All renderings by COOKFOX
The entire city block bound by 11th and 12th Avenues and 27th to 28th Streets in West Chelsea is occupied by the Terminal Warehouse complex, a former freight distribution hub built in 1891. After losing its place in the shipping industry in the 1930s, it then became infamous in the 1980s and ’90s as the home of The Tunnel nightclub. Now, after years as a mini-storage facility and commercial offices, the structure will once again see new life, this time as a wholistic, modern office complex. L&L Holding and Normandy Real Estate Partners have partnered with COOKFOX architects to adaptively reuse the building, preserving and restoring its historic elements, as well as to add shops and restaurants on street level, a central courtyard, and a contemporary glass addition. Yesterday, the Landmarks Preservation Commission unanimously approved the plans.
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Flooded Battery Park Tunnel after Hurricane Sandy. Image: Timothy Krause via Flickr.
A barrier wall proposed by the Army Corps of Engineers as one of several options being evaluated to shield the New York area from rare storms–which may well become less rare and more destructive with global warming–is the subject of a heated debate among planners and environmental experts. Supporters suggest that a barrier be constructed in the outer New York Harbor where it’s mostly hidden from view, saying it would go the farthest in protecting people, land and valuable landmarks along the waterfront from a storm surge. Others fear the idea is a short-sighted measure that doesn’t address major climate threats–and could even worsen matters by trapping sewage and toxins during flooding from high tides and storm runoff. President Donald Trump, however, remains the sole proponent of the mop-and-bucket approach, as the New York Daily News reports.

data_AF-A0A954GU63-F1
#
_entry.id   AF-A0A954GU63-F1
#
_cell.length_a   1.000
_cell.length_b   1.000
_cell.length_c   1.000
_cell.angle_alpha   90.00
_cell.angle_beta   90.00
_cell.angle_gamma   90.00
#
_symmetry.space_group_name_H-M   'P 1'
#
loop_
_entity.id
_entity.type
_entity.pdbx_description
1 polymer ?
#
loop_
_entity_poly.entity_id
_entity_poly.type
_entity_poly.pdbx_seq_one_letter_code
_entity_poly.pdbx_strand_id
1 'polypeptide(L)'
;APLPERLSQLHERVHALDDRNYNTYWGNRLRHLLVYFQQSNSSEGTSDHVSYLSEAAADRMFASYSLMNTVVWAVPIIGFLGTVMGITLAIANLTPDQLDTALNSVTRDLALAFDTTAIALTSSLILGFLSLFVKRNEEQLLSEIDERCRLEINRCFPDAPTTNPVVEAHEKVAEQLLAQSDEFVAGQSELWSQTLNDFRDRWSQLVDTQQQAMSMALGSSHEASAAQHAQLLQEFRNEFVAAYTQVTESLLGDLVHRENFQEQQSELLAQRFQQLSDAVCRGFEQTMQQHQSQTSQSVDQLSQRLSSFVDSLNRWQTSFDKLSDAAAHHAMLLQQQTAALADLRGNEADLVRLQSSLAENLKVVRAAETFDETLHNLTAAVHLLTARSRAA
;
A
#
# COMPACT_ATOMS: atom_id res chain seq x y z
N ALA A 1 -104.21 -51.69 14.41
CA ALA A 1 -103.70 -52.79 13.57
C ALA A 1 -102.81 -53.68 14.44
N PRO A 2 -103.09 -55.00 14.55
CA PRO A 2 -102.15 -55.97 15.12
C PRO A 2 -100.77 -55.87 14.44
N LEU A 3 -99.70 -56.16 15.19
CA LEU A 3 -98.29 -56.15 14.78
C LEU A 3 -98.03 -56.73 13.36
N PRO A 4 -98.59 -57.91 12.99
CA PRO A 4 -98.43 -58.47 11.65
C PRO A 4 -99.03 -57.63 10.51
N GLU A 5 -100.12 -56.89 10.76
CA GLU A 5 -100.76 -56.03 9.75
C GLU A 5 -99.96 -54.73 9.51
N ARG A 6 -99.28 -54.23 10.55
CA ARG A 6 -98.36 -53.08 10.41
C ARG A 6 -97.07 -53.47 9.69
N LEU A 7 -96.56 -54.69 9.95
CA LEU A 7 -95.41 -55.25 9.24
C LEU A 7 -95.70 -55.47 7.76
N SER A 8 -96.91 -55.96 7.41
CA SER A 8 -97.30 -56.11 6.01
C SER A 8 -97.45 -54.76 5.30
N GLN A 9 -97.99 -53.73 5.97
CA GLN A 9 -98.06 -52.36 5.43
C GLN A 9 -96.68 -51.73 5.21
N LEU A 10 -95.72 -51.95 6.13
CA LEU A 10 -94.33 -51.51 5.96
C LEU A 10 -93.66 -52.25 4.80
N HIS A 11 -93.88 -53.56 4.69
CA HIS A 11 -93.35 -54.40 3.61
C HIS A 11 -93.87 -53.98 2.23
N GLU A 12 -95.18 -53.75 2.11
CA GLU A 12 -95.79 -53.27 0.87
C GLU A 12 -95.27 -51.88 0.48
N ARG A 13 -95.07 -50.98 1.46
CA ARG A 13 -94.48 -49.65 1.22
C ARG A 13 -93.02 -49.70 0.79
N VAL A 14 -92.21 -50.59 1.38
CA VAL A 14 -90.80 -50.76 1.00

What will save us from a tweetstorm?
Image courtesy of Gammahaus
A new design–the third so far–has been revealed for 3 Hudson Boulevard, the next office tower to rise at Hudson Yards. Located at the northwest corner of West 34th Street and Hudson Boulevard, the tower, which has long been in planning stages, will have 1.85 million square feet of office space. The latest designs reveal a height of just under 1,000 feet with 56 stories, the New York Post reports. Some floors will have ceilings of almost 30 feet with terraces at the end.
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Previous rendering of 2 World Center via DBOX, courtesy of Bjarke Ingels Group
It looks like Norman Foster’s design for 2 World Trade Center might rise after all. First unveiled in 2006, the original Foster + Partners proposal was scrapped in 2015 for Bjarke Ingels’ stacked tower, which was deemed more suitable to prospective media tenants. After leases with Fox and News Corp. fell through in 2016, the future of the tenant-less tower has remained uncertain. Absent any takers, developer Larry Silverstein is now pivoting back to the Foster vision, the New York Post reports. The old design is being “significantly modified to be more reflective of contemporary needs and taste,” Silverstein said.
Renderings by Gabellini Sheppard Associates courtesy Tishman Speyer; via NYC Landmarks Preservation Commission
Tishman Speyer proposed a plan to revamp certain aspects of Rockefeller Center during a hearing at the Landmark Preservation Commission on Tuesday, as CityRealty reported. With Gabellini Sheppard Associates at the helm, the design proposal makes tweaks to the gardens and outdoor plaza spaces at the 22-acre site. The upgrades—which mostly seek to improve circulation—come as city officials have been discussing the permanent restriction of traffic around Rockefeller Center following the successful pedestrianization of the area during the recent holiday season.